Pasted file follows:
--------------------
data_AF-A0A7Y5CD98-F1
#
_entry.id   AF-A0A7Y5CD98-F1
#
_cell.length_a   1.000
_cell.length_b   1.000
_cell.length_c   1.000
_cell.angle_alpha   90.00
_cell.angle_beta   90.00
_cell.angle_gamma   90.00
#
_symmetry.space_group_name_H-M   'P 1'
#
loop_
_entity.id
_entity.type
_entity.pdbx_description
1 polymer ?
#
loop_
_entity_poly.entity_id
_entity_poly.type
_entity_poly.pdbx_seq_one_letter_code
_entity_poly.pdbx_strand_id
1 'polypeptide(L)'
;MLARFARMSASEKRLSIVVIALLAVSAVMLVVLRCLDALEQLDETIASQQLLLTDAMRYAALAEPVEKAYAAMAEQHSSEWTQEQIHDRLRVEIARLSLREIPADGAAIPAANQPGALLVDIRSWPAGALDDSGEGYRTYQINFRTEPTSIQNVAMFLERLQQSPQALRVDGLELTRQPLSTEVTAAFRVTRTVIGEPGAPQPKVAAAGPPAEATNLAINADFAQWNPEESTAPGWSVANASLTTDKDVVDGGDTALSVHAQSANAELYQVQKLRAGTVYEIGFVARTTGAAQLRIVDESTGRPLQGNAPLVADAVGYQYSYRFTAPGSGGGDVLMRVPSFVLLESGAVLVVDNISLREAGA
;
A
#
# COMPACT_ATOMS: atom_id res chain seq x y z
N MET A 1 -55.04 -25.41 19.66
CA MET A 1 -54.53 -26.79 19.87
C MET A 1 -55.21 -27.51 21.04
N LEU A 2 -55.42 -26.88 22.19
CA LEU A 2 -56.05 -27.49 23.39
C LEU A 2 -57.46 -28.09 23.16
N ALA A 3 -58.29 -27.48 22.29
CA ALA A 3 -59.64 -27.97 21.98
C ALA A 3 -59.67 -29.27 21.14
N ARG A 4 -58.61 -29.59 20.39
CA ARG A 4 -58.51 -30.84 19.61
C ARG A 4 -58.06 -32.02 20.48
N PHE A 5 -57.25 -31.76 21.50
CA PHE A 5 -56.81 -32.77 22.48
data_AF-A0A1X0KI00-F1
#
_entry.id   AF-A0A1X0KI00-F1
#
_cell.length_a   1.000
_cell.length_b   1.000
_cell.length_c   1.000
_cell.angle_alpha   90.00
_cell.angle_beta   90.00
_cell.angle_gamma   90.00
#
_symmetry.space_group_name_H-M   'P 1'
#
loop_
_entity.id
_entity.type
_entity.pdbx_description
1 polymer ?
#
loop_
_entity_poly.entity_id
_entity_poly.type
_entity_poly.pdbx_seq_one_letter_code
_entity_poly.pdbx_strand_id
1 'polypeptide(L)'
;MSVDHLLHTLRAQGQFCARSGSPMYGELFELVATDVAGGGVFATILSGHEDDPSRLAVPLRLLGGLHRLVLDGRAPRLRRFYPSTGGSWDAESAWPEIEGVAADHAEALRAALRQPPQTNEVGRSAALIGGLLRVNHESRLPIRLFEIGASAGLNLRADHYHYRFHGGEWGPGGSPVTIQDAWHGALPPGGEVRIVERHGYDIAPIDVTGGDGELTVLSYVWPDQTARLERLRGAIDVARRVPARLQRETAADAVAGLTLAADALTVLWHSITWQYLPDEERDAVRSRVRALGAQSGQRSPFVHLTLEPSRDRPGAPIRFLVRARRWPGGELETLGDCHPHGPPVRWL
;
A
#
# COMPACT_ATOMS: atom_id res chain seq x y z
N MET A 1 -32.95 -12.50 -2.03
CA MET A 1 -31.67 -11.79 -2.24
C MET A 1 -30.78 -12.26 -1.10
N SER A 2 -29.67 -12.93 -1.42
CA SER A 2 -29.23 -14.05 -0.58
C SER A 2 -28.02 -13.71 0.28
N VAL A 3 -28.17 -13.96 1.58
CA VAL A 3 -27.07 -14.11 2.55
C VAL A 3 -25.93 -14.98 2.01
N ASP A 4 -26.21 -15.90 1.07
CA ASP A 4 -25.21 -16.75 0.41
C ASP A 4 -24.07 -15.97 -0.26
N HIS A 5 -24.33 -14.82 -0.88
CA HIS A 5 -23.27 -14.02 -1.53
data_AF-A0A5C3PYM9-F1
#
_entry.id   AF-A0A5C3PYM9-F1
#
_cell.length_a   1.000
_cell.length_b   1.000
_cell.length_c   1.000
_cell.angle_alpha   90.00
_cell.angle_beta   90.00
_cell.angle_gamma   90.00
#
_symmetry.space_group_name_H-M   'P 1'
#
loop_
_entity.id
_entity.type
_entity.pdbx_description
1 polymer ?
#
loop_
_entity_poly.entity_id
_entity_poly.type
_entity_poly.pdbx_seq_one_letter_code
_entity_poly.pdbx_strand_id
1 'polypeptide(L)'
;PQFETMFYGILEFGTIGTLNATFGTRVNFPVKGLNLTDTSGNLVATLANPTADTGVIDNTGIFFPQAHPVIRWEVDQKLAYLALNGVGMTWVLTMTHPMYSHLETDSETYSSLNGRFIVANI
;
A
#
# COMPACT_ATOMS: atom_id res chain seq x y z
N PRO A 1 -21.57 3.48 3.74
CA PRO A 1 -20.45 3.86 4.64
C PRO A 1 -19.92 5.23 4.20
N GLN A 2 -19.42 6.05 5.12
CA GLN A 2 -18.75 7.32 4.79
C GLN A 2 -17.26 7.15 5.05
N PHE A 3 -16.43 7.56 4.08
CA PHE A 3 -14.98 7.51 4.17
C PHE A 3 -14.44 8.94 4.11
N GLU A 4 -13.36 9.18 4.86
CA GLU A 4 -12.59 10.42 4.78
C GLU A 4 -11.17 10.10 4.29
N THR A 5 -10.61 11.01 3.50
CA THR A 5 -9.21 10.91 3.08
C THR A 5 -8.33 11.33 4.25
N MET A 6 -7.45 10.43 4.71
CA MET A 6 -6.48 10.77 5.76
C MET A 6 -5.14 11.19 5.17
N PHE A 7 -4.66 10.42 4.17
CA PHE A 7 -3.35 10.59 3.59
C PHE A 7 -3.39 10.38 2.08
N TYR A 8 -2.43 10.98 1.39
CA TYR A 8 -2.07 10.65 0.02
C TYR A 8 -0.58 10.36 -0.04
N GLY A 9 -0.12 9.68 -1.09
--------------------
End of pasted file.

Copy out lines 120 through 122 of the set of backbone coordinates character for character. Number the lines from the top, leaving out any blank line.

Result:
CA PRO A 1 -20.45 3.86 4.64
C PRO A 1 -19.92 5.23 4.20
N GLN A 2 -19.42 6.05 5.12